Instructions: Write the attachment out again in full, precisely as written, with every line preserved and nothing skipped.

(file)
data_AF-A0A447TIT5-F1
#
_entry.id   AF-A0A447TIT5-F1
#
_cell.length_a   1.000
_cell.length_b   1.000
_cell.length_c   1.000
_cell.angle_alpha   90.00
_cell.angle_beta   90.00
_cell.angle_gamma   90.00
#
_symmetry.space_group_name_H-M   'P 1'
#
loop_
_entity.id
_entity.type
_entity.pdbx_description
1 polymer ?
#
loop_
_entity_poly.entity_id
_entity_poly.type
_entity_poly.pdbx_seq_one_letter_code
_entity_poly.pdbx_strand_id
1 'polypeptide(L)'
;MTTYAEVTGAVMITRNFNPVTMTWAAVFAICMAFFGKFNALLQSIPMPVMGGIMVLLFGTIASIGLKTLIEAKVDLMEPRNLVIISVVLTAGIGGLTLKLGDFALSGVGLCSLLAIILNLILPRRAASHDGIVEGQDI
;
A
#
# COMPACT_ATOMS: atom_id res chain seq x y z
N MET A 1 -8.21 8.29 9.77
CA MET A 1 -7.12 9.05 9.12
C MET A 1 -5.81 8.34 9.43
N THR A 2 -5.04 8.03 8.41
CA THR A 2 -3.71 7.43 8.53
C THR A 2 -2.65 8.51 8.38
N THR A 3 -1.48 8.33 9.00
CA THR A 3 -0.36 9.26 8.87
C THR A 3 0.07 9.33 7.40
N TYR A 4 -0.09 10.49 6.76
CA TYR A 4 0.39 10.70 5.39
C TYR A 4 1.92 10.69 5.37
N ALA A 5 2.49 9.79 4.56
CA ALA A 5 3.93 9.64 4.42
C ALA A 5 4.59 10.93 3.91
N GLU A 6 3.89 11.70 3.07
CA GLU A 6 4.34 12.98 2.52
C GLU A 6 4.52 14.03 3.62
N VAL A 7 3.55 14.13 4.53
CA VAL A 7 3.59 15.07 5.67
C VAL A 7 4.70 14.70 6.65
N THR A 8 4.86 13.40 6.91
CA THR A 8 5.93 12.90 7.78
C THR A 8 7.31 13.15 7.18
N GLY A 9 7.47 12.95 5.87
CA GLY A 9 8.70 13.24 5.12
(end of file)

data_AF-A0A447TIT5-F1
#
_entry.id   AF-A0A447TIT5-F1
#
_cell.length_a   1.000
_cell.length_b   1.000
_cell.length_c   1.000
_cell.angle_alpha   90.00
_cell.angle_beta   90.00
_cell.angle_gamma   90.00
#
_symmetry.space_group_name_H-M   'P 1'
#
loop_
_entity.id
_entity.type
_entity.pdbx_description
1 polymer ?
#
loop_
_entity_poly.entity_id
_entity_poly.type
_entity_poly.pdbx_seq_one_letter_code
_entity_poly.pdbx_strand_id
1 'polypeptide(L)'
;MTTYAEVTGAVMITRNFNPVTMTWAAVFAICMAFFGKFNALLQSIPMPVMGGIMVLLFGTIASIGLKTLIEAKVDLMEPRNLVIISVVLTAGIGGLTLKLGDFALSGVGLCSLLAIILNLILPRRAASHDGIVEGQDI
;
A
#
# COMPACT_ATOMS: atom_id res chain seq x y z
N MET A 1 -8.21 8.29 9.77
CA MET A 1 -7.12 9.05 9.12
C MET A 1 -5.81 8.34 9.43
N THR A 2 -5.04 8.03 8.41
CA THR A 2 -3.71 7.43 8.53
C THR A 2 -2.65 8.51 8.38
N THR A 3 -1.48 8.33 9.00
CA THR A 3 -0.36 9.26 8.87
C THR A 3 0.07 9.33 7.40
N TYR A 4 -0.09 10.49 6.76
CA TYR A 4 0.39 10.70 5.39
C TYR A 4 1.92 10.69 5.37
N ALA A 5 2.49 9.79 4.56
CA ALA A 5 3.93 9.64 4.42
C ALA A 5 4.59 10.93 3.91
N GLU A 6 3.89 11.70 3.07
CA GLU A 6 4.34 12.98 2.52
C GLU A 6 4.52 14.03 3.62
N VAL A 7 3.55 14.13 4.53
CA VAL A 7 3.59 15.07 5.67
C VAL A 7 4.70 14.70 6.65
N THR A 8 4.86 13.40 6.91
CA THR A 8 5.93 12.90 7.78
C THR A 8 7.31 13.15 7.18
N GLY A 9 7.47 12.95 5.87
CA GLY A 9 8.70 13.24 5.12